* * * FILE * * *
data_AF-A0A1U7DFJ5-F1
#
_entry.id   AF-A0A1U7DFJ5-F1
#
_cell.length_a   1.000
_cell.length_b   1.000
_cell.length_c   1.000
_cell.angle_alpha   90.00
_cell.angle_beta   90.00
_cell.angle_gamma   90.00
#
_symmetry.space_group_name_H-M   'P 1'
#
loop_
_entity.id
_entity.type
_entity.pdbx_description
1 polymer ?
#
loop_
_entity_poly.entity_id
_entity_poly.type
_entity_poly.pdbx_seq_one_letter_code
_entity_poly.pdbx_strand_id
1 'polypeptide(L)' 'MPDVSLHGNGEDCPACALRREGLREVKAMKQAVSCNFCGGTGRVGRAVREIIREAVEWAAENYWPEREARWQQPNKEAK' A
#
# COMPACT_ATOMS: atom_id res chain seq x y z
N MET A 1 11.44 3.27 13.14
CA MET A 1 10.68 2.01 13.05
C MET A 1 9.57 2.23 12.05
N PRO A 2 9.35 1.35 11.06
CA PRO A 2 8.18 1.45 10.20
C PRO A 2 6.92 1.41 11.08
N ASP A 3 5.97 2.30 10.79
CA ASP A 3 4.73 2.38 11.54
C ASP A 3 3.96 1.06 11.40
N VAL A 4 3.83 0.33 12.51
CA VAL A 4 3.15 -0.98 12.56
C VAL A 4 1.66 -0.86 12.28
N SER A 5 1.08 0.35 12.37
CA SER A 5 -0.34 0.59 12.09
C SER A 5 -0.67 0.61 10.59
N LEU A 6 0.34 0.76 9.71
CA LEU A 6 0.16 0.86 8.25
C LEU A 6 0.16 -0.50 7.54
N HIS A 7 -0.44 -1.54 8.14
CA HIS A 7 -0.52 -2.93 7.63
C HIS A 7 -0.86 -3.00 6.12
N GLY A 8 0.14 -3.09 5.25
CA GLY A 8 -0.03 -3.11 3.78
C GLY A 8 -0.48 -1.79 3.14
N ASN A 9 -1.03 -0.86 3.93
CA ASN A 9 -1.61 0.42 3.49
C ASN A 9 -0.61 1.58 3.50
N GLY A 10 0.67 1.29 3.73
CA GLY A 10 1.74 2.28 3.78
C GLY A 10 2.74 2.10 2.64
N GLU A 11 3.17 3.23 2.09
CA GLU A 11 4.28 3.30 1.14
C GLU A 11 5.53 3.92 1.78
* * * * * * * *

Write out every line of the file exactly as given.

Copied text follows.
data_AF-A0A1U7DFJ5-F1
#
_entry.id   AF-A0A1U7DFJ5-F1
#
_cell.length_a   1.000
_cell.length_b   1.000
_cell.length_c   1.000
_cell.angle_alpha   90.00
_cell.angle_beta   90.00
_cell.angle_gamma   90.00
#
_symmetry.space_group_name_H-M   'P 1'
#
loop_
_entity.id
_entity.type
_entity.pdbx_description
1 polymer ?
#
loop_
_entity_poly.entity_id
_entity_poly.type
_entity_poly.pdbx_seq_one_letter_code
_entity_poly.pdbx_strand_id
1 'polypeptide(L)' 'MPDVSLHGNGEDCPACALRREGLREVKAMKQAVSCNFCGGTGRVGRAVREIIREAVEWAAENYWPEREARWQQPNKEAK' A
#
# COMPACT_ATOMS: atom_id res chain seq x y z
N MET A 1 11.44 3.27 13.14
CA MET A 1 10.68 2.01 13.05
C MET A 1 9.57 2.23 12.05
N PRO A 2 9.35 1.35 11.06
CA PRO A 2 8.18 1.45 10.20
C PRO A 2 6.92 1.41 11.08
N ASP A 3 5.97 2.30 10.79
CA ASP A 3 4.73 2.38 11.54
C ASP A 3 3.96 1.06 11.40
N VAL A 4 3.83 0.33 12.51
CA VAL A 4 3.15 -0.98 12.56
C VAL A 4 1.66 -0.86 12.28
N SER A 5 1.08 0.35 12.37
CA SER A 5 -0.34 0.59 12.09
C SER A 5 -0.67 0.61 10.59
N LEU A 6 0.34 0.76 9.71
CA LEU A 6 0.16 0.86 8.25
C LEU A 6 0.16 -0.50 7.54
N HIS A 7 -0.44 -1.54 8.14
CA HIS A 7 -0.52 -2.93 7.63
C HIS A 7 -0.86 -3.00 6.12
N GLY A 8 0.14 -3.09 5.25
CA GLY A 8 -0.03 -3.11 3.78
C GLY A 8 -0.48 -1.79 3.14
N ASN A 9 -1.03 -0.86 3.93
CA ASN A 9 -1.61 0.42 3.49
C ASN A 9 -0.61 1.58 3.50
N GLY A 10 0.67 1.29 3.73
CA GLY A 10 1.74 2.28 3.78
C GLY A 10 2.74 2.10 2.64
N GLU A 11 3.17 3.23 2.09
CA GLU A 11 4.28 3.30 1.14
C GLU A 11 5.53 3.92 1.78